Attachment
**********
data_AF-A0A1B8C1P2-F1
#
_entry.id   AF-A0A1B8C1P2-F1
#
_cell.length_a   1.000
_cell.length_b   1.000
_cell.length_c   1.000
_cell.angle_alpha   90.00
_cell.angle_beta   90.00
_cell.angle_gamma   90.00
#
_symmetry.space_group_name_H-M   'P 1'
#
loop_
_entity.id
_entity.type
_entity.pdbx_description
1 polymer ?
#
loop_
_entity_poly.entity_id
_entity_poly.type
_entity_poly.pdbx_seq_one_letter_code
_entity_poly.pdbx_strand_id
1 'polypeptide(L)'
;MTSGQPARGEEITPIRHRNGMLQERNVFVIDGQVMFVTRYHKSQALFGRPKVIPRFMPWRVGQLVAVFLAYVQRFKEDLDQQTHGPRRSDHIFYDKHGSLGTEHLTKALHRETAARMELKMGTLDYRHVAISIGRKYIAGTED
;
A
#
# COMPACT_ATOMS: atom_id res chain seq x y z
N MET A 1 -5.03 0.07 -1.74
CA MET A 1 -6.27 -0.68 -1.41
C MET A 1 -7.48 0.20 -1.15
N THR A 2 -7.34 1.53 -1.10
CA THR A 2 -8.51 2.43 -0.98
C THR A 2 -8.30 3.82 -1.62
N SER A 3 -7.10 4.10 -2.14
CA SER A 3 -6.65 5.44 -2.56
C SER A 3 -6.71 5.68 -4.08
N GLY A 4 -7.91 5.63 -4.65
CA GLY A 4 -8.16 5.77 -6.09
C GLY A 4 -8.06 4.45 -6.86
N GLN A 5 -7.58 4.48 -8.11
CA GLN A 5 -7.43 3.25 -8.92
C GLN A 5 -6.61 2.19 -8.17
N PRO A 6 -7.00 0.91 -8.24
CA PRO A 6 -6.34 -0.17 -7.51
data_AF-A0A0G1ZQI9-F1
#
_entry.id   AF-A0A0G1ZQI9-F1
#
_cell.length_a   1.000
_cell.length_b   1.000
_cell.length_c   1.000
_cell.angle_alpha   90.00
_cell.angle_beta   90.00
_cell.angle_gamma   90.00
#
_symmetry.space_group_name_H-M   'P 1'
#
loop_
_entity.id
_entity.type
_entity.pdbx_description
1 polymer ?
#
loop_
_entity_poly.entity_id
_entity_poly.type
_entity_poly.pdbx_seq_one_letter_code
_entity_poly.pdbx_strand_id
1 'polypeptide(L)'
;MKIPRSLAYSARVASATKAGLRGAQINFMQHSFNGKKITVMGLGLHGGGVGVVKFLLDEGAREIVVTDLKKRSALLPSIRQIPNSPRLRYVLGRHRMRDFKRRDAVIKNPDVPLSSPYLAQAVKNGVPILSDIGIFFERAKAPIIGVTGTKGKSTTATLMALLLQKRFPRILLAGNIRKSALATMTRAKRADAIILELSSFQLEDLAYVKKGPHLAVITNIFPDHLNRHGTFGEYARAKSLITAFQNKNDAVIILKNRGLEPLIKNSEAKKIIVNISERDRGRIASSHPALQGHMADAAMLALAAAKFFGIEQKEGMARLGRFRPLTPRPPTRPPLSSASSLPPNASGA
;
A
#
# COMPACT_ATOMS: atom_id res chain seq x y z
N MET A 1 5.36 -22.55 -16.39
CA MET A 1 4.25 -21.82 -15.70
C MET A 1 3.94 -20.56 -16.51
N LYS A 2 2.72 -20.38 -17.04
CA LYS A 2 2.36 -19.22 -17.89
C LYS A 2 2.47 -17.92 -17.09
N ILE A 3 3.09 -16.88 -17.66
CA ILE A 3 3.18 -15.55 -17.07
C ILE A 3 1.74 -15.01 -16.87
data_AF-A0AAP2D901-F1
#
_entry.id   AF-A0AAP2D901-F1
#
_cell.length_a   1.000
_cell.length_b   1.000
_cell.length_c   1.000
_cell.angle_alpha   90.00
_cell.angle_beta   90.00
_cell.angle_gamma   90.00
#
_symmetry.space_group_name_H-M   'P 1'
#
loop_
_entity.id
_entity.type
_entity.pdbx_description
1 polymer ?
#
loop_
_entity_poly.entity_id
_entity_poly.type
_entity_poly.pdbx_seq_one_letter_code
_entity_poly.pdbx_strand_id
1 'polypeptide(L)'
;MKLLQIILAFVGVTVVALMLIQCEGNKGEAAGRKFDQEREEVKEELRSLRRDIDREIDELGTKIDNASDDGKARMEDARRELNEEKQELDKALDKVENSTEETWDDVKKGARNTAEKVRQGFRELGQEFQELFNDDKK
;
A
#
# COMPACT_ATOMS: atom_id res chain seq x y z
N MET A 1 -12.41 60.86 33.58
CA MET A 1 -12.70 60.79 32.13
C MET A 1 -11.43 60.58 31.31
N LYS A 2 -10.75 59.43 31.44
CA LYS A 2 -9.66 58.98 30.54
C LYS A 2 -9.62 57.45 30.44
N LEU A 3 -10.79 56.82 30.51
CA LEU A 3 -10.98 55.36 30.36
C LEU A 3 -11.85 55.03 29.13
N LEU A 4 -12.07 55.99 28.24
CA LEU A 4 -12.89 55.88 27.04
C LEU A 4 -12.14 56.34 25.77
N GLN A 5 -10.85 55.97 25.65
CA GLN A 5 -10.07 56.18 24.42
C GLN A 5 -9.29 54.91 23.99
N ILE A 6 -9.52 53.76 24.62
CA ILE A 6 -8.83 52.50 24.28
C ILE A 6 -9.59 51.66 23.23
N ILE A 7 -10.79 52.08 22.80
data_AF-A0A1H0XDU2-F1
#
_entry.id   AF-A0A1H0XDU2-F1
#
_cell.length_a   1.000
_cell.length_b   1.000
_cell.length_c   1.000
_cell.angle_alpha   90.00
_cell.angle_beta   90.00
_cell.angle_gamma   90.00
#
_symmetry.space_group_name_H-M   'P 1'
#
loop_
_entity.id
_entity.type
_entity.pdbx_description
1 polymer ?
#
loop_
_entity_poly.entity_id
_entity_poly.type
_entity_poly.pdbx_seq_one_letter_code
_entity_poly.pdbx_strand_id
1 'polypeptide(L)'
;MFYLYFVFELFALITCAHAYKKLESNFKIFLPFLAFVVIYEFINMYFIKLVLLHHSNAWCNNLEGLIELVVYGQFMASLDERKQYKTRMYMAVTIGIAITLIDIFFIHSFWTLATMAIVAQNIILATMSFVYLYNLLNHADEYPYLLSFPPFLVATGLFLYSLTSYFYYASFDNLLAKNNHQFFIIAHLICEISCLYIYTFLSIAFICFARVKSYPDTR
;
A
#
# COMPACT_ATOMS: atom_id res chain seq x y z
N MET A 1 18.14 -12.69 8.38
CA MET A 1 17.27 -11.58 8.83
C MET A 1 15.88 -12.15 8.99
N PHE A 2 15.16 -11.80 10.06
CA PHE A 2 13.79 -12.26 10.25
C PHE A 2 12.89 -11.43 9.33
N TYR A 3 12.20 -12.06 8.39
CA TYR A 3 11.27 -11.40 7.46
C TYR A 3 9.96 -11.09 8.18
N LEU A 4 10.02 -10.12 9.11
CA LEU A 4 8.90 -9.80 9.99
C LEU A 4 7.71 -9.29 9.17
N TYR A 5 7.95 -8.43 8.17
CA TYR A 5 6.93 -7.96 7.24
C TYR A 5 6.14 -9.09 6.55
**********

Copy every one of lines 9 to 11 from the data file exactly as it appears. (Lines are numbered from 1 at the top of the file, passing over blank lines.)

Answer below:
_cell.angle_beta   90.00
_cell.angle_gamma   90.00
#